7.31.15

 

 

The Messages (Redux), by Wilfrid Wilson Gibson

Read by Xe Sands

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Xe writes…

Yep. Just posted this one, what, a month ago? So why the redo…
Because when I listened back to the first recording, I really didn’t like it. Oh sure, there was emotion there and all that. But the way I performed it…it, well, it robbed the listener of the experience somehow – fed it to them, instead of allowing them to come to their own emotional choice.

And as that’s something I think about often as a performer, and as GP gives me the freedom to do whatever the heck I want (the beauty of being the boss), I decided to redo it, and throw it open to y’all – the listeners. If you’re so inclined, list to both and let me know which is a more effective, more evocative experience for you (er, provided either one is, of course). I’m dying to know…

 

 

 

Something Beautiful, by Wayne Gatfield

Read by Wayne Gatfield

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Wayne writes…

An inspirational poem of mine with added music(not mine)

 

 

 

 

 

 

 

A Black Wedding Dress, Vernon Crumrine

Read by Sara Mosey

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Sara writes…

a short poem by my colleague Vernon Crumrine with permission

 

 

The Howling and the Weeping, George MacDonald

Read by theshadowlands

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theshadowlands writes…

My poetic rendering of George MacDonald’s short story “The Gray Wolf” (Poem 6)

—The Howling and the Weeping—

Suddenly he woke with his shoulder in pangs
By a creature with its embedded fangs
Pulsating was he now in throbbing pain
His strength and mind he could not regain

The young man with one hand to resist
With other hand and knife to assist
Flailing he struggled in vain
Futile stabbing again and again

The creature snuffed and snorted
With its wild body contorted
The fought and rolled around
Across the cottage and to the ground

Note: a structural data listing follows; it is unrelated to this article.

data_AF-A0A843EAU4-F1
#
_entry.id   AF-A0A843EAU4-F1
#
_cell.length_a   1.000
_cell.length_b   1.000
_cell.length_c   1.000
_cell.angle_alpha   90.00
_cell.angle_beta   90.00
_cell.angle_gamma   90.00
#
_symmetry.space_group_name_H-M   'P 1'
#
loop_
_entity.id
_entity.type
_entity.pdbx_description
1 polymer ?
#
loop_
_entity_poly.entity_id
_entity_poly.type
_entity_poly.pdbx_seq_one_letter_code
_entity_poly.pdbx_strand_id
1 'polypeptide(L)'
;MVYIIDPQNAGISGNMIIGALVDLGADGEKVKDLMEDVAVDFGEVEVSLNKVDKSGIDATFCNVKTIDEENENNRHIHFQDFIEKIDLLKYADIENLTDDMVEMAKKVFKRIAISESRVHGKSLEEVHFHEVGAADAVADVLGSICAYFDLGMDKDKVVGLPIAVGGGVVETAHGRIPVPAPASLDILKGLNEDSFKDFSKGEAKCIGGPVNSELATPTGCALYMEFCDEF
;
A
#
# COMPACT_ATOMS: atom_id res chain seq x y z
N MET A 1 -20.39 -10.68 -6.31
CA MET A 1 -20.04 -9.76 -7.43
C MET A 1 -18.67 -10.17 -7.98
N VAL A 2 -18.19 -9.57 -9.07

As the creature leapt and rolled
From his neck now loosening it hold
Soon releasing a howl and a scream
The mixture so strange and so extreme

The creature darted out the door
Sea and spray spread across the floor
With the spray and mist upon his face
He sprang to his feet and began the chase

It was dark, and a wild and stormy night
With crashing waves of flashing white
During this raining, stormy scare
A gruesome sound then filled the air

From the dark, there came a growl
Then a rising mixture of weep and howl
He turned back where he was before
To enter the cottage and to close the door

The lamp’s flicker was soon to quench
Not certain of a woman who might be upon the bench
The student overcome with sudden fear
Then seeing that there was no one here

The aftershock would not abate
So for daylight, the student sat to wait
The morning was dim, gusty and gray
And out the door, did he make his way

He wandered the beach in the morning light
Considering all that had happened that dreadful night
Along the beach, still ringing in his ear
The howling…and the weeping…that night…to hear..(-bc)

 

 

Tom Jones, Book XIV, Chapter 2, by Henry Fielding

Read by Mark Turetsky

Mark writes…

Book 14 Chapter 2 of Tom Jones.

This is part of an ongoing project in which I will record and post one chapter per week of Henry Fielding’s Tom Jones over the course of four years.

In this chapter, we see more of Henry Fielding as a playwright. He sets up a classic farcical situation, where Lady Bellaston has come to Tom’s room to seduce him, but while she’s there, Sophia servant, Mrs. Honour, arrives. Lady Bellaston then must hide behind a bed curtain and hears everything Mrs. Honour says to Tom, which is, of course, purely insults upon Lady Bellaston’s honor.

 

 

 

Tom Jones, Book XIV, Chapter 3, by Henry Fielding

Read by Mark Turetsky

Mark writes…

Book 14 Chapter 3 of Tom Jones.

This is part of an ongoing project in which I will record and post one chapter per week of Henry Fielding’s Tom Jones over the course of four years.

In this chapter, Tom received a visit from Mrs. Miller, who tells him that she wants him out of her house, that having multiple women visit him at all hours of the night will ruin the reputations of her daughters, and that even though he’s a relation of Squire Allworthy, she can’t abide his behaviour. Tom immediately suspects that Patridge has let slip that Tom was Allworthy’s ward.

 

 

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